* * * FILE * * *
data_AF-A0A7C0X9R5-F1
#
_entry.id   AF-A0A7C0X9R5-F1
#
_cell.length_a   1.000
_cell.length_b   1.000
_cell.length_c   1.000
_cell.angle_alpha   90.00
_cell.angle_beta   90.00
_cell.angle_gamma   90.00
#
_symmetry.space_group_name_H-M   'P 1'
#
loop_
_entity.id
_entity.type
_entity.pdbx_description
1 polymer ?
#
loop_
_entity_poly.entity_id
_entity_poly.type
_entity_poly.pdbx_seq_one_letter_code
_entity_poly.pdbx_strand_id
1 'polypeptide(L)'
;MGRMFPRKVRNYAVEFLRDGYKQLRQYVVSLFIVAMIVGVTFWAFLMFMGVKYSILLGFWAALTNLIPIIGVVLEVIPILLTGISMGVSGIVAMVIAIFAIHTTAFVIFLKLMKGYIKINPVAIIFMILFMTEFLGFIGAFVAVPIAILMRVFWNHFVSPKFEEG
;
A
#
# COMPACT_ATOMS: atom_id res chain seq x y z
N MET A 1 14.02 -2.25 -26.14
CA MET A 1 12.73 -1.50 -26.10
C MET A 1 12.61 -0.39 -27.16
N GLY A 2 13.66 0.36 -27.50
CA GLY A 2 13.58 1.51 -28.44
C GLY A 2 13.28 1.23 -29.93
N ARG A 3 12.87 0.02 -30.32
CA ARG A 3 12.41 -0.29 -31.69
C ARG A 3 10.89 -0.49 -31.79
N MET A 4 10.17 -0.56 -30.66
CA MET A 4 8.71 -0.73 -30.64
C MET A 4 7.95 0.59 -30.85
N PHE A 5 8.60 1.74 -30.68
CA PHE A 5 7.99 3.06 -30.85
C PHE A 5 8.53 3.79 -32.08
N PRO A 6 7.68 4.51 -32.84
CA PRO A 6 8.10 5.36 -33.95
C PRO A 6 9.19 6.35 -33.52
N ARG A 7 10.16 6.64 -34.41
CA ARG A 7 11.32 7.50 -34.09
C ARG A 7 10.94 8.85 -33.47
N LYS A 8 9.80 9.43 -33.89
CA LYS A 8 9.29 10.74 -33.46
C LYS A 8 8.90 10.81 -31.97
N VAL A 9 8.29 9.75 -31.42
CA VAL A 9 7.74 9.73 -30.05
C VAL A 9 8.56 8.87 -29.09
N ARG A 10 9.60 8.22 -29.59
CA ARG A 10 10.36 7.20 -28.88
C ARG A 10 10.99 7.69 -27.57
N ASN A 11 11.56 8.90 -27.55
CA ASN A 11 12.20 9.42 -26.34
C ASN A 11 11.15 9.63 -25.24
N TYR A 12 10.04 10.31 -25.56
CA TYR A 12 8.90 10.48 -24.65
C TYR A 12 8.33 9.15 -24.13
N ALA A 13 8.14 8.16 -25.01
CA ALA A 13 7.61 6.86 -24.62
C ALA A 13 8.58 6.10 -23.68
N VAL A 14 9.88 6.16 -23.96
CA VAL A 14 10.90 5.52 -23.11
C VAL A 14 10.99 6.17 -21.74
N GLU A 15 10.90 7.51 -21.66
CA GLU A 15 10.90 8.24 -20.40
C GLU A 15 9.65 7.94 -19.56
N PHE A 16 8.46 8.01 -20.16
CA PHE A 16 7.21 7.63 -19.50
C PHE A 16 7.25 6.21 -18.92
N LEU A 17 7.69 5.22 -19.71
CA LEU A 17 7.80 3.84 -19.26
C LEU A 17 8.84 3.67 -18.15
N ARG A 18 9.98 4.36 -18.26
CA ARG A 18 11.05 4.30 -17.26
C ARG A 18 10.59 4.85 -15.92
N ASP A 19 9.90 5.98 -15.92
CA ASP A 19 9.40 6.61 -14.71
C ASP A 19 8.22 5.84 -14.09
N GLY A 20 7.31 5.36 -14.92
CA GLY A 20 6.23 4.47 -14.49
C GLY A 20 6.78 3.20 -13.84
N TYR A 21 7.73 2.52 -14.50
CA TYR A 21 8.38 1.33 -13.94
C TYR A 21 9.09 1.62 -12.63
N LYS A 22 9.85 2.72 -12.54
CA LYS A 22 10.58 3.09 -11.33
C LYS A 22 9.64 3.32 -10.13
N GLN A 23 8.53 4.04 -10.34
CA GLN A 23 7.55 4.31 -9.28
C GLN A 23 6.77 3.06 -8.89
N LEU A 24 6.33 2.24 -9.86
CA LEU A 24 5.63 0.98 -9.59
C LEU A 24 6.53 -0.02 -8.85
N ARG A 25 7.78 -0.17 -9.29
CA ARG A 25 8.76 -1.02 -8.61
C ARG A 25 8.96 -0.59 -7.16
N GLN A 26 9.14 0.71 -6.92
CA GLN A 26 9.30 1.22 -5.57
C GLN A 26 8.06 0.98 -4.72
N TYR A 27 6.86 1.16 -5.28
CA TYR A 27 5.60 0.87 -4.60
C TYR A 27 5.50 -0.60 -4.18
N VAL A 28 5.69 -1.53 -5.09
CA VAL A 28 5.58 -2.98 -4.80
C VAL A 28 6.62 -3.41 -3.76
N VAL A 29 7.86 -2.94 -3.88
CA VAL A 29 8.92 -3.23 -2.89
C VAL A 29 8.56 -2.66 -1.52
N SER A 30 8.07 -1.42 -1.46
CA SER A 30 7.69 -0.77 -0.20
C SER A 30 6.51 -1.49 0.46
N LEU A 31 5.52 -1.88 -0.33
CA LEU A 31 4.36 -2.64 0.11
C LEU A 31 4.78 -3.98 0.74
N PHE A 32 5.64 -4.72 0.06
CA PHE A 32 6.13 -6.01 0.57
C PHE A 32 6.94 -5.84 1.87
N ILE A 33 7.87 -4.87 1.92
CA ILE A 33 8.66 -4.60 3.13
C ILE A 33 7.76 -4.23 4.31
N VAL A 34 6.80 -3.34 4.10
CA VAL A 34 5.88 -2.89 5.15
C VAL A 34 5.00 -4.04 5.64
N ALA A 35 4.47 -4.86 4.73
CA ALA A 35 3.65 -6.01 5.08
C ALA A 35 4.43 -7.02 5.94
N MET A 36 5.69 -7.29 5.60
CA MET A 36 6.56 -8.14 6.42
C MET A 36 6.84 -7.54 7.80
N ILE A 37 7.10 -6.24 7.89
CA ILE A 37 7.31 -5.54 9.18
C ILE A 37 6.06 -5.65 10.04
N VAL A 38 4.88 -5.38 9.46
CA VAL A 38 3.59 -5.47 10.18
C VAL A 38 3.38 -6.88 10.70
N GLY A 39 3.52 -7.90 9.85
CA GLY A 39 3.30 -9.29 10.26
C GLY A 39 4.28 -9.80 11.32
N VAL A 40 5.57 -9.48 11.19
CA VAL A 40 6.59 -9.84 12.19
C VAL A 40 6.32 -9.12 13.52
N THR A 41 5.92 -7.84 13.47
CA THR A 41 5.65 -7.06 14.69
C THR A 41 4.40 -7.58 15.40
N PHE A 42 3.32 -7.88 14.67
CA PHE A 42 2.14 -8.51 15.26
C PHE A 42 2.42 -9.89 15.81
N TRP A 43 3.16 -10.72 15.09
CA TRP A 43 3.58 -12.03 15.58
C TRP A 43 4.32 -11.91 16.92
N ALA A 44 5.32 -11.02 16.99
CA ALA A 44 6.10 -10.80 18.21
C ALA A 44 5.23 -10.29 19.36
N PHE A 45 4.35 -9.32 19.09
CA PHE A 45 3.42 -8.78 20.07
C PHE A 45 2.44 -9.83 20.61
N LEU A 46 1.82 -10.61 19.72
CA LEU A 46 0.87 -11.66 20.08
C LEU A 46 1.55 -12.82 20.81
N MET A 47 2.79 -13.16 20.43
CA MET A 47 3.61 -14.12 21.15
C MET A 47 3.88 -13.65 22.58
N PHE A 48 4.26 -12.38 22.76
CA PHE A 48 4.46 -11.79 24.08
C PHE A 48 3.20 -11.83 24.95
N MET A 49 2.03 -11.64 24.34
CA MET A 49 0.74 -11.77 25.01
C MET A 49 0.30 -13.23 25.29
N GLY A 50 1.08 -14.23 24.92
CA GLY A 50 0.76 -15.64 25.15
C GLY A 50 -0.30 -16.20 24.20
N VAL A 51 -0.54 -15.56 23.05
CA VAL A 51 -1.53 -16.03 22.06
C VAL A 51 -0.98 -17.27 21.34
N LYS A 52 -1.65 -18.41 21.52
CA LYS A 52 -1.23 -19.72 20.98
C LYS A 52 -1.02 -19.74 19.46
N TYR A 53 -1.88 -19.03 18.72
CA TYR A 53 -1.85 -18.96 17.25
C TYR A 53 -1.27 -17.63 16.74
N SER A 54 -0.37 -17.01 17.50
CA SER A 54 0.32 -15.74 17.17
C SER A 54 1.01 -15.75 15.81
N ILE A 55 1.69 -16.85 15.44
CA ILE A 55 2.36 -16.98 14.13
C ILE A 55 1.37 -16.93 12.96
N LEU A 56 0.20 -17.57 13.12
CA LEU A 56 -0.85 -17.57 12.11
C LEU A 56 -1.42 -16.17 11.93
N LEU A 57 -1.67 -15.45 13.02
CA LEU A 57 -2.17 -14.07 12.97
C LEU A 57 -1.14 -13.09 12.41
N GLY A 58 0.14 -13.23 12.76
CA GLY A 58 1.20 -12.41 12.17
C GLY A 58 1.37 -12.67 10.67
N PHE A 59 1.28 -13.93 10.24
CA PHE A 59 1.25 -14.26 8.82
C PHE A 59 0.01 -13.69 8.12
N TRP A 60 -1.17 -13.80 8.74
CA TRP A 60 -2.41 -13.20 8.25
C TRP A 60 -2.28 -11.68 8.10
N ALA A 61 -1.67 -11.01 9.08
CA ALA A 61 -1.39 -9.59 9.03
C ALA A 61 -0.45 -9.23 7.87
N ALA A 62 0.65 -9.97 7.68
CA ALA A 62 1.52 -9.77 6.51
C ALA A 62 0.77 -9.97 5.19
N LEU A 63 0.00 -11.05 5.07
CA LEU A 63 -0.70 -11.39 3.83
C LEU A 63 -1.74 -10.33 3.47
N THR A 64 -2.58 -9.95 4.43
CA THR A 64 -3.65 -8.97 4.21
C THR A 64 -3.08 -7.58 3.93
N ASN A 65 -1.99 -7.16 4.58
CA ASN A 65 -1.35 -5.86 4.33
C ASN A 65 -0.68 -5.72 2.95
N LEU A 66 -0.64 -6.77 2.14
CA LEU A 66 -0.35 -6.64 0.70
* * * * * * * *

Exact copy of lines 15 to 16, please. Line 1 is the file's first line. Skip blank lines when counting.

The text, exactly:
_entity.id
_entity.type